Friday, March 27, 2015

Friday Night Local: Sharon O'Neill - 'Words' (1979)

Whups, I may have forgotten a couple of Fridays.

ANYWAY, when last we met I issued a challenge to readers on Twitter to nominate a Sharon O'Neill song for the next Friday Night Local post. How did that turn out? Variably.

I can only conclude that because O'Neill is such a significant figure in the not-small arena of Kiwi women in rock, that simply coming up wth consensus was just too darned hard. Guanolad nominated 'Physical Favour's, but lost his bottle on it. Frankly, the late Eighties are not O'Neill's happy hunting ground, and I really think the other end of the decade is where her star shone brightest. On that note, Jamas sggested 'Maxine' - ah, but which video? The Australian one or the NZ one?  Answer: the Australian one is the more recognisable, with its quasi-narrative about the ill-fated streetwalker, but I prefer the local version. It's familiar without being overplayed - and 'Maxine' got a lot of play on both sides of the Tasman.

That was it for the punters, besides occasional commentor Tim who wanted a Shona Laing number (sir, hang your head in shame), and to be honest I thought I'd see Paul S chime in with the theme from 'Smash Palace', a great opener to Roger Donaldson's early masterpiece of kiwi mateship. 'Asian Paradise' has its fans... I'll leave that there. Here's mine instead:


'Words' is from O'Neill's debut and frankly, I can't hear it wthout wanting to sing along, surely the mark of a great pop song. Her voice doesn't have the husky, Christine McVie sound of some of the aforementioned tracks, but melodically it's very sharp, with some great backing vocals (check out the number of mic stands in that video!), and hell, any upbeat song that opens with the line "let me out like the new blood at the slaughter." is worth listening to I reckon.

Wednesday, March 11, 2015

Down with the Clown!

A short blog post from me today, folks. Family medical emergencies having claimed all spare time and concentration*, this is one from the vault of drafts: Riddle me this: what is in this picture below?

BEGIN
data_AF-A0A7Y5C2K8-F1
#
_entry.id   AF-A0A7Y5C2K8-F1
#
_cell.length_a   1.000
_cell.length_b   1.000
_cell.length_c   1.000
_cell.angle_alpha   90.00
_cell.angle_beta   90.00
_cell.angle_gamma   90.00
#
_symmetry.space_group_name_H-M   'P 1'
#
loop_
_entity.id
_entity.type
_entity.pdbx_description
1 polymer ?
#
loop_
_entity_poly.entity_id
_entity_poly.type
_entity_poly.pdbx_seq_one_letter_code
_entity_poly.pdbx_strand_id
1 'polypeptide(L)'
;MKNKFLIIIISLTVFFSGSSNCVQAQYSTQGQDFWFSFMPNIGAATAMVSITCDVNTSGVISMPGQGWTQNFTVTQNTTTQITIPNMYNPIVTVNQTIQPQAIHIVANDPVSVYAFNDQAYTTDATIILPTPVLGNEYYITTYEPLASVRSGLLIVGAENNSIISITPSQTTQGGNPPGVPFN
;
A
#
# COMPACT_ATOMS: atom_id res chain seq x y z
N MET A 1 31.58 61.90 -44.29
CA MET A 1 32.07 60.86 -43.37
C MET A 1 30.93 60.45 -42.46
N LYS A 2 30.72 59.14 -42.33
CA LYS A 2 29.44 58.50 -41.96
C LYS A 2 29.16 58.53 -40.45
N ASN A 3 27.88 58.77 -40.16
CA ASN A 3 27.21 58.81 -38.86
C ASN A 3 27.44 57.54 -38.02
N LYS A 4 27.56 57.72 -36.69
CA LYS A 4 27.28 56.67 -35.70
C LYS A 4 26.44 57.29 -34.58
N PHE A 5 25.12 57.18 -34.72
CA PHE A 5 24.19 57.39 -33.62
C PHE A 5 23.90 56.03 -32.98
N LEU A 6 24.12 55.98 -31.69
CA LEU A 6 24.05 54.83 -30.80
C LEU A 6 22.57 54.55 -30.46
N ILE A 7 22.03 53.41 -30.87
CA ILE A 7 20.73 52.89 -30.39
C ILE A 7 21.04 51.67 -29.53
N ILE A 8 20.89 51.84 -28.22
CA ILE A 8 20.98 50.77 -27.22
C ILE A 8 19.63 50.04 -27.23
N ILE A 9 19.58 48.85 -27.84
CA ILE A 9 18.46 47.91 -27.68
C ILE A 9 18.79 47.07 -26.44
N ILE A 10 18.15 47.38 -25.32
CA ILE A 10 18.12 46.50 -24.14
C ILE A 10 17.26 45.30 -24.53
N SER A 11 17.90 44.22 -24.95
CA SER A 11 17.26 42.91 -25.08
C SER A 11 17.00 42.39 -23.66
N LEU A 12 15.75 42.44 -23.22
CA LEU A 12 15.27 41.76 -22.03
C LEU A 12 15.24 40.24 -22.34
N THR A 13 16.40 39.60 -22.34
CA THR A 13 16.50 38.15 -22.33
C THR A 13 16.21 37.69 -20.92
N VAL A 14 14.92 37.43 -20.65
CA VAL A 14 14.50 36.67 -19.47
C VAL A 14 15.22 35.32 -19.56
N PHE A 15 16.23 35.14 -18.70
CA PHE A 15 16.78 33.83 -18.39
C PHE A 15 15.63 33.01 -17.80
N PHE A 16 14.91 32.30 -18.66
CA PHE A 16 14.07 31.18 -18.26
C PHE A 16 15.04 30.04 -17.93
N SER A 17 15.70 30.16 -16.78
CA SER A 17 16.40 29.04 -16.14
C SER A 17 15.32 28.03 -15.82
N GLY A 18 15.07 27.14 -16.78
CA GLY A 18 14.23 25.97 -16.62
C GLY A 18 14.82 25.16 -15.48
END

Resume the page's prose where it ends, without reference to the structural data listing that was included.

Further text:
Answer: A nail, of course. Ah, but no ordinary nail - it's been monkeyed with and turned into an even handier tool than one made to wed two pieces of wood - indeed, one that every scratch-build modeller, kit-basher and dad should have in their kit! One hack-saw, a model vice, a bastard file and some careful metal torture later a rare tool indeed has been born; one that was never meant to be wielded by those outside the fast food industry's toymaking empire...


"The worm has turned, has it not, my Happy Meal freebie friend? Look at you! You were once so proud, intact and flat of battery. Now feel the wrath of the tri-driver of Jet Simian!"

(*Family medical emergencies righting themselves by the day, incidentally)

Friday, March 6, 2015

Friday Night Local : Jean-Paul Sartre Experience - 'I Like Rain' (1987)

The nights are getting darker earlier, the mornings stay gloomy for longer. There's a slight bruising to the clouds, and afternoons have the watery light of sun through old glass. Yes, Autumn is finally here.

It's not time for winter songs yet, though - oh no! I have some sweet little mid-year ditties to come yet, but in the mean-time we've had quite the day today with- shock me, some rain! This is a big thing, because for overseas readers, growing parts of the country are in drought or near-drought conditions, and even poor Sticky Al has lost a tree or two in his country abode to simply not enough water. So it's not all fun in the sun this year, and as more of an indoor Simian I for one celebrated some change in the weather with today's rather heavy precipitation, and what it might mean for our poor garden.

So this video says it all, albeit with milk bottle top foil cutouts, some easy-to-learn shape throwing moves, and a handy bottle of fabric softener in the first verse. No David Yetton here, as this is presumably during his OE away from the band, but the requisite amateur Flying Nun look and daggy JPSE humour is there. It's a fun, audience-friendly song, as was road-tested by my band during a Southland tour many years ago. Grab your gumboots and enjoy!


POstscript: Next week for a change I'm crowdsourcing this puppy with some audience participation. The subject will be the one and only Sharon O'Neill - but which video should I play? Answers below, or on twitter, hashtag #FridayNightLocal.

Tuesday, March 3, 2015

'European skies, European desires'

Manic Street Preachers - 'Futurology' (2014)


"I am the sturm und drang / I am the schadenfreude"

In unprecedented haste for a band of its age, the twelfth studio album from Manic Street Preachers was released around six months after its companion, Rewind the Film. Both albums complement one another, and yet are intended to be opposites, Rewind the introspective middle-aged Holy Bible, while Futurology, while not exactly future-looking, is an optimistic, outward-looking work. Its predecessor is no slouch, but fed on Krautrock, and presenting electronic soundscapes and a peculiarly Welsh view of modern European history, the Manics' latest album is one of their strongest and most complete.

"Working class skeletons / lie scattered in museums"